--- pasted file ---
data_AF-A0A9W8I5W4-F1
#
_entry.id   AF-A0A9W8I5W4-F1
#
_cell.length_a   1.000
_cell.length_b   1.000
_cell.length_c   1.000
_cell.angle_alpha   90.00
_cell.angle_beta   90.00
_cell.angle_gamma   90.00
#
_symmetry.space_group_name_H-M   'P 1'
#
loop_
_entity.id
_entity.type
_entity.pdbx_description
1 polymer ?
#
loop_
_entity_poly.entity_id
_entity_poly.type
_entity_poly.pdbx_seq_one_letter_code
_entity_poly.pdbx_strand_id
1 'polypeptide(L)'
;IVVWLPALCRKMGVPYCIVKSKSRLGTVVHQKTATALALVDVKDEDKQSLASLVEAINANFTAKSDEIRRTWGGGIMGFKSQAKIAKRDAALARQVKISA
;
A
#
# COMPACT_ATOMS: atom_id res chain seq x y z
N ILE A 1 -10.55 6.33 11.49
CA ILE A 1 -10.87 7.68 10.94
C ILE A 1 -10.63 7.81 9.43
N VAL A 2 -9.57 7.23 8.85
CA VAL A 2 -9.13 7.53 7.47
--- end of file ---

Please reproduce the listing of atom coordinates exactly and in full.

data_AF-A0A9W8I5W4-F1
#
_entry.id   AF-A0A9W8I5W4-F1
#
_cell.length_a   1.000
_cell.length_b   1.000
_cell.length_c   1.000
_cell.angle_alpha   90.00
_cell.angle_beta   90.00
_cell.angle_gamma   90.00
#
_symmetry.space_group_name_H-M   'P 1'
#
loop_
_entity.id
_entity.type
_entity.pdbx_description
1 polymer ?
#
loop_
_entity_poly.entity_id
_entity_poly.type
_entity_poly.pdbx_seq_one_letter_code
_entity_poly.pdbx_strand_id
1 'polypeptide(L)'
;IVVWLPALCRKMGVPYCIVKSKSRLGTVVHQKTATALALVDVKDEDKQSLASLVEAINANFTAKSDEIRRTWGGGIMGFKSQAKIAKRDAALARQVKISA
;
A
#
# COMPACT_ATOMS: atom_id res chain seq x y z
N ILE A 1 -10.55 6.33 11.49
CA ILE A 1 -10.87 7.68 10.94
C ILE A 1 -10.63 7.81 9.43
N VAL A 2 -9.57 7.23 8.85
CA VAL A 2 -9.13 7.53 7.47